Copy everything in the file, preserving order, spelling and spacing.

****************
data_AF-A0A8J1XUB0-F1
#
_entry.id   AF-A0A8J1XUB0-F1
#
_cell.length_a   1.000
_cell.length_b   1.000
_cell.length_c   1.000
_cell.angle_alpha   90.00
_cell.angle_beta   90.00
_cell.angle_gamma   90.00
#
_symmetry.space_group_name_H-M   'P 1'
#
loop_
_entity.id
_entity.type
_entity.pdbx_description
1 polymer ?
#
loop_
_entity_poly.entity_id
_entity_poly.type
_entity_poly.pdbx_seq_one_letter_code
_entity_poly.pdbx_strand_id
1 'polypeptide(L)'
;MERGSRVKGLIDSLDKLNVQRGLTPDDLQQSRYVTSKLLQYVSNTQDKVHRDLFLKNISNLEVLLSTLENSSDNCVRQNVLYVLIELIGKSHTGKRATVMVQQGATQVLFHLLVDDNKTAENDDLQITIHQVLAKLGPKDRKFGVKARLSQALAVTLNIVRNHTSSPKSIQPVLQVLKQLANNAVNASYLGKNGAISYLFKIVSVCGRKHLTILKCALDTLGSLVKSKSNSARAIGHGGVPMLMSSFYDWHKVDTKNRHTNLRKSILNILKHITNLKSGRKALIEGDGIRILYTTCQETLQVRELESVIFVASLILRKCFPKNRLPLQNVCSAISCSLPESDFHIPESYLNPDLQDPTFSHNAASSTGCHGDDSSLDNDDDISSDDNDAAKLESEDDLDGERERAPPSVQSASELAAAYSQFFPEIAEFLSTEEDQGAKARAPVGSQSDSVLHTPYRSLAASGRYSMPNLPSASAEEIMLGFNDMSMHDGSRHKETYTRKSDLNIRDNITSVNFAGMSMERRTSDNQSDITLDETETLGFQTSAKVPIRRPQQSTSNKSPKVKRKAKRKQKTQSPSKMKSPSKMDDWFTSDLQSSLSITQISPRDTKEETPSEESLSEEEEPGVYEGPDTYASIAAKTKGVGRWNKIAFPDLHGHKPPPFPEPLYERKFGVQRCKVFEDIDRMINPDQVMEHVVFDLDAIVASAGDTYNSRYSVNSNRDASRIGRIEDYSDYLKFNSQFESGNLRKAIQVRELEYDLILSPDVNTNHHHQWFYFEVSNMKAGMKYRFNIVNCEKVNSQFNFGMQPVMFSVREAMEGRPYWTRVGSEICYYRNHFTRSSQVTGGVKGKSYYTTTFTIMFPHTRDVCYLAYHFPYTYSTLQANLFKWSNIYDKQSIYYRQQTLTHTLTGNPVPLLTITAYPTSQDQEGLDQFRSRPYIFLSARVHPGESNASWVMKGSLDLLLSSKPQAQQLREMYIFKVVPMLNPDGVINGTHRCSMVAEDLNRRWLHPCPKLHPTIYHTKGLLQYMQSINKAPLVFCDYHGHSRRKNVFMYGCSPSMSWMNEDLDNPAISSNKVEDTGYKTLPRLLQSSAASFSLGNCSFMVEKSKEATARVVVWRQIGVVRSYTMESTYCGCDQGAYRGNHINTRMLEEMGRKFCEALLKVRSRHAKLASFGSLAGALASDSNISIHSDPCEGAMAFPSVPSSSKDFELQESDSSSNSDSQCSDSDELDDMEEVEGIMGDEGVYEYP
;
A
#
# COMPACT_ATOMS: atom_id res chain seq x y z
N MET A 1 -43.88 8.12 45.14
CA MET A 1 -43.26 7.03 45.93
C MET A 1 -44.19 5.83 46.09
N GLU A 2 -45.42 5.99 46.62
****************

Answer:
data_AF-A0A8J1XUB0-F1
#
_entry.id   AF-A0A8J1XUB0-F1
#
_cell.length_a   1.000
_cell.length_b   1.000
_cell.length_c   1.000
_cell.angle_alpha   90.00
_cell.angle_beta   90.00
_cell.angle_gamma   90.00
#
_symmetry.space_group_name_H-M   'P 1'
#
loop_
_entity.id
_entity.type
_entity.pdbx_description
1 polymer ?
#
loop_
_entity_poly.entity_id
_entity_poly.type
_entity_poly.pdbx_seq_one_letter_code
_entity_poly.pdbx_strand_id
1 'polypeptide(L)'
;MERGSRVKGLIDSLDKLNVQRGLTPDDLQQSRYVTSKLLQYVSNTQDKVHRDLFLKNISNLEVLLSTLENSSDNCVRQNVLYVLIELIGKSHTGKRATVMVQQGATQVLFHLLVDDNKTAENDDLQITIHQVLAKLGPKDRKFGVKARLSQALAVTLNIVRNHTSSPKSIQPVLQVLKQLANNAVNASYLGKNGAISYLFKIVSVCGRKHLTILKCALDTLGSLVKSKSNSARAIGHGGVPMLMSSFYDWHKVDTKNRHTNLRKSILNILKHITNLKSGRKALIEGDGIRILYTTCQETLQVRELESVIFVASLILRKCFPKNRLPLQNVCSAISCSLPESDFHIPESYLNPDLQDPTFSHNAASSTGCHGDDSSLDNDDDISSDDNDAAKLESEDDLDGERERAPPSVQSASELAAAYSQFFPEIAEFLSTEEDQGAKARAPVGSQSDSVLHTPYRSLAASGRYSMPNLPSASAEEIMLGFNDMSMHDGSRHKETYTRKSDLNIRDNITSVNFAGMSMERRTSDNQSDITLDETETLGFQTSAKVPIRRPQQSTSNKSPKVKRKAKRKQKTQSPSKMKSPSKMDDWFTSDLQSSLSITQISPRDTKEETPSEESLSEEEEPGVYEGPDTYASIAAKTKGVGRWNKIAFPDLHGHKPPPFPEPLYERKFGVQRCKVFEDIDRMINPDQVMEHVVFDLDAIVASAGDTYNSRYSVNSNRDASRIGRIEDYSDYLKFNSQFESGNLRKAIQVRELEYDLILSPDVNTNHHHQWFYFEVSNMKAGMKYRFNIVNCEKVNSQFNFGMQPVMFSVREAMEGRPYWTRVGSEICYYRNHFTRSSQVTGGVKGKSYYTTTFTIMFPHTRDVCYLAYHFPYTYSTLQANLFKWSNIYDKQSIYYRQQTLTHTLTGNPVPLLTITAYPTSQDQEGLDQFRSRPYIFLSARVHPGESNASWVMKGSLDLLLSSKPQAQQLREMYIFKVVPMLNPDGVINGTHRCSMVAEDLNRRWLHPCPKLHPTIYHTKGLLQYMQSINKAPLVFCDYHGHSRRKNVFMYGCSPSMSWMNEDLDNPAISSNKVEDTGYKTLPRLLQSSAASFSLGNCSFMVEKSKEATARVVVWRQIGVVRSYTMESTYCGCDQGAYRGNHINTRMLEEMGRKFCEALLKVRSRHAKLASFGSLAGALASDSNISIHSDPCEGAMAFPSVPSSSKDFELQESDSSSNSDSQCSDSDELDDMEEVEGIMGDEGVYEYP
;
A
#
# COMPACT_ATOMS: atom_id res chain seq x y z
N MET A 1 -43.88 8.12 45.14
CA MET A 1 -43.26 7.03 45.93
C MET A 1 -44.19 5.83 46.09
N GLU A 2 -45.42 5.99 46.62